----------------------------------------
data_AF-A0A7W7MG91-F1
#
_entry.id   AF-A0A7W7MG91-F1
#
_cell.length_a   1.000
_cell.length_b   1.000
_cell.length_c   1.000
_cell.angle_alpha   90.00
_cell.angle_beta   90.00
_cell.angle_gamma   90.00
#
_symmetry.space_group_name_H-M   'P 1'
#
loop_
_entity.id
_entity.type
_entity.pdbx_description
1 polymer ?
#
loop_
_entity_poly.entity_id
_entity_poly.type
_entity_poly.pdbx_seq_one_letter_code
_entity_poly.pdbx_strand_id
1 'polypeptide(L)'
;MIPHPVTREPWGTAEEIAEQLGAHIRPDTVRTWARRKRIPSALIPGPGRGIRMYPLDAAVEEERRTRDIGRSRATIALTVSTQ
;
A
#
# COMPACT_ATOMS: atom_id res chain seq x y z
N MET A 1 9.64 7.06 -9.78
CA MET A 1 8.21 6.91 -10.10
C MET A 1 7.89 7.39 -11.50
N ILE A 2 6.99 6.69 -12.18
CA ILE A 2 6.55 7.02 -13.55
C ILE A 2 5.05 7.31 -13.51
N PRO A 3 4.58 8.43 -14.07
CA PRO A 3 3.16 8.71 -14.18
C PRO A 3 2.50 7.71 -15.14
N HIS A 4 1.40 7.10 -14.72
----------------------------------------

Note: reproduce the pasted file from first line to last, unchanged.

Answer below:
data_AF-A0A7W7MG91-F1
#
_entry.id   AF-A0A7W7MG91-F1
#
_cell.length_a   1.000
_cell.length_b   1.000
_cell.length_c   1.000
_cell.angle_alpha   90.00
_cell.angle_beta   90.00
_cell.angle_gamma   90.00
#
_symmetry.space_group_name_H-M   'P 1'
#
loop_
_entity.id
_entity.type
_entity.pdbx_description
1 polymer ?
#
loop_
_entity_poly.entity_id
_entity_poly.type
_entity_poly.pdbx_seq_one_letter_code
_entity_poly.pdbx_strand_id
1 'polypeptide(L)'
;MIPHPVTREPWGTAEEIAEQLGAHIRPDTVRTWARRKRIPSALIPGPGRGIRMYPLDAAVEEERRTRDIGRSRATIALTVSTQ
;
A
#
# COMPACT_ATOMS: atom_id res chain seq x y z
N MET A 1 9.64 7.06 -9.78
CA MET A 1 8.21 6.91 -10.10
C MET A 1 7.89 7.39 -11.50
N ILE A 2 6.99 6.69 -12.18
CA ILE A 2 6.55 7.02 -13.55
C ILE A 2 5.05 7.31 -13.51
N PRO A 3 4.58 8.43 -14.07
CA PRO A 3 3.16 8.71 -14.18
C PRO A 3 2.50 7.71 -15.14
N HIS A 4 1.40 7.10 -14.72